Sell the pungos and get her a boat, used, comparable to the tsunami. Or figure on paddling soli because she will have a discouraging time.

Tons of opinions!

– Last Updated: May-14-16 1:37 PM EST –

Opinions from all angles no less!

The general answer is becoming very clear: it will ultimately depend on what we're comfortable with and what waters we end up on (and how serious we want to get).

Not having all those answers yet, I'm enjoying all the input from everyone. Thanks Peter for that picture and explanation, to kfbrady for the flotation bag suggestion and everyone else for their input.

@Celia, that is in fact my fear. We went out with friends last year with borrowed kayaks and the one I was in was struggling to keep up with another. It was little fun cutting back through the middle of the lake trying to keep up. Even less when we had to tow a third, submerged kayak to shore!

In my head I don't think we'll be on rough water but I know conditions can change quickly. I can also imagine us just wanting to "get out" if we hauled our kayaks with us on a weekend camping trip even if conditions aren't perfect.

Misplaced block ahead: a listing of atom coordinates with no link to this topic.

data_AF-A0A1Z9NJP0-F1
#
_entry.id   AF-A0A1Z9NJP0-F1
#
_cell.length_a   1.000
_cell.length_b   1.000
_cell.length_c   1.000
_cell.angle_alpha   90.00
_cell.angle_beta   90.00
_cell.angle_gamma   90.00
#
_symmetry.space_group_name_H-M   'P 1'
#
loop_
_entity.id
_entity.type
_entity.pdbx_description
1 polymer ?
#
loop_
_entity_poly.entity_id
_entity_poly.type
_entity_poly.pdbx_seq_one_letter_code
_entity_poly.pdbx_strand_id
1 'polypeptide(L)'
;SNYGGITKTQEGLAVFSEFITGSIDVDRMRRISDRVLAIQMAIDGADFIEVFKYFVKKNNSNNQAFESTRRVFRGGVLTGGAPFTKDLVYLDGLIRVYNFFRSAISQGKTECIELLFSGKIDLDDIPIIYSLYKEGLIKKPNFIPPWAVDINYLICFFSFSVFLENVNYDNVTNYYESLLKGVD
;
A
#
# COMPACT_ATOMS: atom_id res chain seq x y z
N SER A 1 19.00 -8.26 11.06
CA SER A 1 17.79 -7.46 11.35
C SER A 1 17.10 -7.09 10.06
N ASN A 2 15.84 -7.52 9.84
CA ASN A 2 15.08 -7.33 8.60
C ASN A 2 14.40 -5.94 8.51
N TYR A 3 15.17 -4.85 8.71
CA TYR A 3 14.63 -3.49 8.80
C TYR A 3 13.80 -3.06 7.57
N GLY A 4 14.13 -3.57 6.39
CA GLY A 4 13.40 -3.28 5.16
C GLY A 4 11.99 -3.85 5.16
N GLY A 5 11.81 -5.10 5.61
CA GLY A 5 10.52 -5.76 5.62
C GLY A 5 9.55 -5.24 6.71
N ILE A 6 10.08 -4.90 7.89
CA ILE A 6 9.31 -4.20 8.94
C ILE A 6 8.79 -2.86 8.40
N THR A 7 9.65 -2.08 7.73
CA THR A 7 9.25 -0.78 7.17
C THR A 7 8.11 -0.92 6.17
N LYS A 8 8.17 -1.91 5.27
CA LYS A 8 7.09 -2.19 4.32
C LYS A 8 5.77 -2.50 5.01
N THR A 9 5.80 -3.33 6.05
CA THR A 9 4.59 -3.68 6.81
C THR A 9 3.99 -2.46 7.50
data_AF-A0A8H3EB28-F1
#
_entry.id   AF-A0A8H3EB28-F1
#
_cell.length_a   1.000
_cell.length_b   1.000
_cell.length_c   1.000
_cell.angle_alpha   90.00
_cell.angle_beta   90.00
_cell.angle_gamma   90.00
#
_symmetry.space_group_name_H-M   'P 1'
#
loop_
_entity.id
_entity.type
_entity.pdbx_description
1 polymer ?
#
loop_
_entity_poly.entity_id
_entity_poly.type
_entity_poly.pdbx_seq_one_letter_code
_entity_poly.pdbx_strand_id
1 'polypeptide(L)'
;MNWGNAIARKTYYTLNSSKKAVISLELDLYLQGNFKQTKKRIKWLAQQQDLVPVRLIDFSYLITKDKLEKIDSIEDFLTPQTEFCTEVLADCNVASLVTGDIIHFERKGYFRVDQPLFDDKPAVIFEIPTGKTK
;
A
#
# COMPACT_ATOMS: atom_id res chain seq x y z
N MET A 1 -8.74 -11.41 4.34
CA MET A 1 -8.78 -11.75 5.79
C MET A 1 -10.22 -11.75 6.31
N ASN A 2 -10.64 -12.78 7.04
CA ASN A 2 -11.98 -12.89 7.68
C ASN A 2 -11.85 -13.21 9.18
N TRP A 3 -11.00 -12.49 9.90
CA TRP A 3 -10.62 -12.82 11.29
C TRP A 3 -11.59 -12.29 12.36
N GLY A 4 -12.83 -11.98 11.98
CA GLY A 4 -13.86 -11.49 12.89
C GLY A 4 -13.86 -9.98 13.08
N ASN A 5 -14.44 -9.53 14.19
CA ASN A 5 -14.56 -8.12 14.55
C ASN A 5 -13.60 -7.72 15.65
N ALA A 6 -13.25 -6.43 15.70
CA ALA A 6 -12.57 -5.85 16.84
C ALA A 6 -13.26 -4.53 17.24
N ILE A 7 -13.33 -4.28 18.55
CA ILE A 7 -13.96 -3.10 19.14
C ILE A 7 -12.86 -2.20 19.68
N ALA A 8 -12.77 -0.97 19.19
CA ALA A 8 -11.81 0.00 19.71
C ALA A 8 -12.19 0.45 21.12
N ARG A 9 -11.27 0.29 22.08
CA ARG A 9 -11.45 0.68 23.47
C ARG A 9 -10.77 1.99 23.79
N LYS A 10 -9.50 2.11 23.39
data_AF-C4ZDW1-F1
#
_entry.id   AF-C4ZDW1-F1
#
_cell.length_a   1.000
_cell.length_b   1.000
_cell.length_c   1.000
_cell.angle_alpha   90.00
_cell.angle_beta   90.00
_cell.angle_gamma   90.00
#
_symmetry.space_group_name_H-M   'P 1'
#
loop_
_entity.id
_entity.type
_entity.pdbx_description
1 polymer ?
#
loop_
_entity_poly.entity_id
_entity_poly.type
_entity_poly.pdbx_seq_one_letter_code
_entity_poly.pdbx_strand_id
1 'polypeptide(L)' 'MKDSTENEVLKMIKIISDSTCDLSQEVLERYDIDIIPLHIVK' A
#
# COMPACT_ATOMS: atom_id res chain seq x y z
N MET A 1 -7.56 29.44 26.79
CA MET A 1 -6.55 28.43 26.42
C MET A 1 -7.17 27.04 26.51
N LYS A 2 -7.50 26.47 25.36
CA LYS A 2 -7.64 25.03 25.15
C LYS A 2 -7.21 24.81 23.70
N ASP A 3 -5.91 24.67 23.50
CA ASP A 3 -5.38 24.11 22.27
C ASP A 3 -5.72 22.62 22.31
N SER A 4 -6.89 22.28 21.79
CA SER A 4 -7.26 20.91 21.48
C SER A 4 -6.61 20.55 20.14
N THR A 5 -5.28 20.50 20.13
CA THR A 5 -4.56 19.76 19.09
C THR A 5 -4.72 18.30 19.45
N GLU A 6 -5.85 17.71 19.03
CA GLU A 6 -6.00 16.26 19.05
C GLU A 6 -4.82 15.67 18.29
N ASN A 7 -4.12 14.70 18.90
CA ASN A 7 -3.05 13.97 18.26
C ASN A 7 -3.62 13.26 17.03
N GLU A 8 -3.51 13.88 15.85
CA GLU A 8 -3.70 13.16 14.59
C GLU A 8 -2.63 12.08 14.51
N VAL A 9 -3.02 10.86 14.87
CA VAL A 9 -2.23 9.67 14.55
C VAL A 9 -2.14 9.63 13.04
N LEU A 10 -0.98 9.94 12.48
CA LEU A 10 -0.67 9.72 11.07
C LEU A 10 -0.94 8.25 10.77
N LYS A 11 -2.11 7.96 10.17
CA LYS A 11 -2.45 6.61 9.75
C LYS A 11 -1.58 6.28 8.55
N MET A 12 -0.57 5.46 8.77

I think if we had a house on or near a small like with predictable weather, I'd stick to both Pungos just for puttering around but because we camp a fair bit and will often be on unknown waters I might be disappointed to have gotten rid of the Tsunami.

I don't like the idea of feeling limited by our choice, but like most decisions, there are compromises.

I could see us eventually getting a 2nd Tsunami. Actually one popped up in my feed (125) but the guy was asking more than I paid for any of the three I have :/ Then again my wife likes to pull her legs up when taking a break and let them hang out the side. Much easier in a Pungo.

Since my last post, my mother, 5'3", not sure about weight but same or lighter than my wife expressed interest in trying kayaking. If she were to take one it makes the choice (of the available options) pretty straight forward. The 120 would be most suited to her with my wife in the 140 (assuming she's comfortable after trying it) and me in the Tsunami.